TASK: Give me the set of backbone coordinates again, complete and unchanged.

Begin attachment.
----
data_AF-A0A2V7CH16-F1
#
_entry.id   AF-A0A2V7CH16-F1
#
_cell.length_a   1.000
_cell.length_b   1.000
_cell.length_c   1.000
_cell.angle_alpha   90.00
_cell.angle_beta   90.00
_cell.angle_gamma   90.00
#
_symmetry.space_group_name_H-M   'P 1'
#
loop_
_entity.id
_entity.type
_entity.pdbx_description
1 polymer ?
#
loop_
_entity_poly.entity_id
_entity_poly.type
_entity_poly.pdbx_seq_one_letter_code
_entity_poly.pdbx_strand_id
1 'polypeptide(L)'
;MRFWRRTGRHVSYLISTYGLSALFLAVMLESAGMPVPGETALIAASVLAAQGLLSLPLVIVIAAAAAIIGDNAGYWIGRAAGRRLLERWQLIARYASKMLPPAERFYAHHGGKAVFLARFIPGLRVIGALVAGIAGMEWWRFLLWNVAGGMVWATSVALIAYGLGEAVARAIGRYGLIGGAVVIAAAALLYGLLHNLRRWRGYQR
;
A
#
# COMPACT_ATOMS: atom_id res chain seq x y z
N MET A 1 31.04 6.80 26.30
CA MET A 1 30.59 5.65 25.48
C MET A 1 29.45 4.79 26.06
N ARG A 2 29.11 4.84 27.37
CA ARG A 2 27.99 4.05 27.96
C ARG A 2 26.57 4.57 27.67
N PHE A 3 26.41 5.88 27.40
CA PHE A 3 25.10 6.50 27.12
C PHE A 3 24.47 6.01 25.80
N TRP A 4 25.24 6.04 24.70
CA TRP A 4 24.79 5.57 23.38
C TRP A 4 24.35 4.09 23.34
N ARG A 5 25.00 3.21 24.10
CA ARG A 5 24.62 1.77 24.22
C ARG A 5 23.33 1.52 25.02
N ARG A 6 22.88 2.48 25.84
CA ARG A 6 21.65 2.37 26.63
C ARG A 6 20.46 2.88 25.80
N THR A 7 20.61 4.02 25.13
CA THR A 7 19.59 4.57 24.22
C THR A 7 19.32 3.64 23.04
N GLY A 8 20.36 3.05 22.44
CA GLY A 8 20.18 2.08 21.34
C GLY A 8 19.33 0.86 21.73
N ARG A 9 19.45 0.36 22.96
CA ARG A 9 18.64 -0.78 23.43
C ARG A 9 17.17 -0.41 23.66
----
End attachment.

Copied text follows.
data_AF-A0A2V7CH16-F1
#
_entry.id   AF-A0A2V7CH16-F1
#
_cell.length_a   1.000
_cell.length_b   1.000
_cell.length_c   1.000
_cell.angle_alpha   90.00
_cell.angle_beta   90.00
_cell.angle_gamma   90.00
#
_symmetry.space_group_name_H-M   'P 1'
#
loop_
_entity.id
_entity.type
_entity.pdbx_description
1 polymer ?
#
loop_
_entity_poly.entity_id
_entity_poly.type
_entity_poly.pdbx_seq_one_letter_code
_entity_poly.pdbx_strand_id
1 'polypeptide(L)'
;MRFWRRTGRHVSYLISTYGLSALFLAVMLESAGMPVPGETALIAASVLAAQGLLSLPLVIVIAAAAAIIGDNAGYWIGRAAGRRLLERWQLIARYASKMLPPAERFYAHHGGKAVFLARFIPGLRVIGALVAGIAGMEWWRFLLWNVAGGMVWATSVALIAYGLGEAVARAIGRYGLIGGAVVIAAAALLYGLLHNLRRWRGYQR
;
A
#
# COMPACT_ATOMS: atom_id res chain seq x y z
N MET A 1 31.04 6.80 26.30
CA MET A 1 30.59 5.65 25.48
C MET A 1 29.45 4.79 26.06
N ARG A 2 29.11 4.84 27.37
CA ARG A 2 27.99 4.05 27.96
C ARG A 2 26.57 4.57 27.67
N PHE A 3 26.41 5.88 27.40
CA PHE A 3 25.10 6.50 27.12
C PHE A 3 24.47 6.01 25.80
N TRP A 4 25.24 6.04 24.70
CA TRP A 4 24.79 5.57 23.38
C TRP A 4 24.35 4.09 23.34
N ARG A 5 25.00 3.21 24.10
CA ARG A 5 24.62 1.77 24.22
C ARG A 5 23.33 1.52 25.02
N ARG A 6 22.88 2.48 25.84
CA ARG A 6 21.65 2.37 26.63
C ARG A 6 20.46 2.88 25.80
N THR A 7 20.61 4.02 25.13
CA THR A 7 19.59 4.57 24.22
C THR A 7 19.32 3.64 23.04
N GLY A 8 20.36 3.05 22.44
CA GLY A 8 20.18 2.08 21.34
C GLY A 8 19.33 0.86 21.73
N ARG A 9 19.45 0.36 22.96
CA ARG A 9 18.64 -0.78 23.43
C ARG A 9 17.17 -0.41 23.66